The day I reached that, and firmly set it to rest, something changed for me.  Prior to that, I had frequently self identified as a "slow runner".  I no longer use that term.  That term limited me and it held me back.  Fast and slow are relative terms anyways, and of little meaning.

Yet, when I set that 55:00 goal, I was afraid.  Afraid that I was setting a scary goal.  The math is simple - if you're Canadian.  It means an average 5:30/km (8:51/mi).  And, while, in the immediate future, it's a race pace for workouts, I have a 10K on the horizon on March 17.  It will be tested very soon.

There's a safety net in calling yourself a slow runner.  Once you state that, it's like telling people not to expect to much of you.  You tell yourself that it's okay not to expect too much of yourself.  It's safe.

I have a history of setting safe goals.  The days I set my PB times on the 5K and 10K distances, I beat my goals by 2:50 and 3:27, respectively - a HUGE amount on short races.  My half mary PB of 2:10 was a day I had set out to maybe, possibly run it in 2:15, having recently changed my goal from 2:30.

So, 55:00?  Scary or safe?  Definitely scary.  The day I ran 56:33, I executed an almost perfect race and ran the fastest I possibly could on that day.  Yet, that day was a year and a half ago.  I was still a relatively new runner (still am now in many ways).  I had done no speed work leading up to it.  So, scary?  Yes.  Achievable?  That too.  Safe?  I don't think so, but I'll have a better idea once I start doing some work at race pace and seeing how it feels.

Sometimes your goals should scare you.  Acknowledge it and shoot for it anyways.

Sunday, February 10, 2013

How to break out of the winter blues

Take your family for a trip to Disney World!

My blog has been dark again.  The reason this time?  We went to Disney World!

My fabulous husband was smart and hard working enough to win an employee of the year award at his work Christmas party.  For his prize, his work paid a substantial portion of a trip to Orlando, Florida for us and our kids.  :)

It was fabulous, warm, but not too warm, and sunny.  My kids had a great time on the rides, and in the pools.  It was so nice to spend our days outside, and without any commitments.  We didn't over plan the trip and just took it as it came.  It was magical.

Prior to the trip, I was feeling blah and run down.  I came back feeling refreshed, positive and fired up.  I have never before had a warm weather vacation in the middle of winter, and I think I might be spoiled now, because I'm going to expect it again.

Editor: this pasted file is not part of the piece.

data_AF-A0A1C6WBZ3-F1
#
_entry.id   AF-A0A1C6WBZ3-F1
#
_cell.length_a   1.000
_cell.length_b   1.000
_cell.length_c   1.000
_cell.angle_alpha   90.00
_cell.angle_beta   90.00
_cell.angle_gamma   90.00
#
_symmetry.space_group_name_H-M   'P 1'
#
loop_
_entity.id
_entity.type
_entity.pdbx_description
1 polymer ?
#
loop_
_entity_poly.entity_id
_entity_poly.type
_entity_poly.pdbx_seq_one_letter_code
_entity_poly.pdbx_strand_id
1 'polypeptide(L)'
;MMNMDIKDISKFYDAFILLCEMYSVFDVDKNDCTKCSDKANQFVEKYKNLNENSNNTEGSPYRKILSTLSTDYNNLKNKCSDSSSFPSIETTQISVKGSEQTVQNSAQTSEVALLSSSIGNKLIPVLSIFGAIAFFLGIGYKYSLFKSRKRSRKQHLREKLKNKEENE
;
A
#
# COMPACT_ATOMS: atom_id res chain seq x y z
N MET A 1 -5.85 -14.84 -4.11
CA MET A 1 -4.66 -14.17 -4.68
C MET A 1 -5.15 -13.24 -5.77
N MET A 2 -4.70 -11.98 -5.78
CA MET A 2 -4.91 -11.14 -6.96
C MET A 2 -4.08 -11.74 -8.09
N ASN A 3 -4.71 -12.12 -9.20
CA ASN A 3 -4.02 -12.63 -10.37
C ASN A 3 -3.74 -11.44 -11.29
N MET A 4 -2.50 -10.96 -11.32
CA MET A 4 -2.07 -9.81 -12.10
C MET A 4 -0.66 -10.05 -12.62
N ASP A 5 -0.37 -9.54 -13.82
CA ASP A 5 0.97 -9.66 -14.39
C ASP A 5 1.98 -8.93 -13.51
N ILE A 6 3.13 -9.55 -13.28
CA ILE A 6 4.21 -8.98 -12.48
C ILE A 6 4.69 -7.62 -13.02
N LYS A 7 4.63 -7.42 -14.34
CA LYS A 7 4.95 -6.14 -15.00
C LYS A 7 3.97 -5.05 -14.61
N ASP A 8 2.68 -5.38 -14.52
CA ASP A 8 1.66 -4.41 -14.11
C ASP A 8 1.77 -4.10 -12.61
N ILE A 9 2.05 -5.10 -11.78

The challenge now is going to be avoiding falling back into the slump I was in.  Aside from moving to warmer climate, what I can do is consider what else brought me that refreshed feeling.

A big answer?  Sleep.  We had a small hotel room that was shared with young children that go to bed early.  While I sometimes did a run, laundry or used my tablet after they were in bed, there wasn't much else to do, so we tended to go to sleep early ourselves.

The other big answer?  Getting outside.  Aside from that sleep thing, we were outside for the vast majority of our days.

So, how to bring that home with me?  When it comes to sleep, it means cutting out the evening vegging and going to bed early instead.   This is key.  I have identified sleep as an issue before, but I need to recognize it's absolute importance.  There are times when I honestly can't get as much sleep as I need, and that makes it even more important that I get it when I can.

Going outside: At home, I have become a serious winter wimp, more so then in previous years.  With easy free access to a treadmill and track, I've done the majority of my runs inside.  We haven't gone sledding or skating once.  Even walks by the river have been almost non existent.  There are going to be days where it really is so cold that it's best to hibernate, but those aren't the majority.  Yes, it's cold out.  But not always, and that is what winter wear is for.  Time to suck it up and go outside more.

Real life is always going to be more challenging then vacation, but it's also where growth happens.  I'm ready.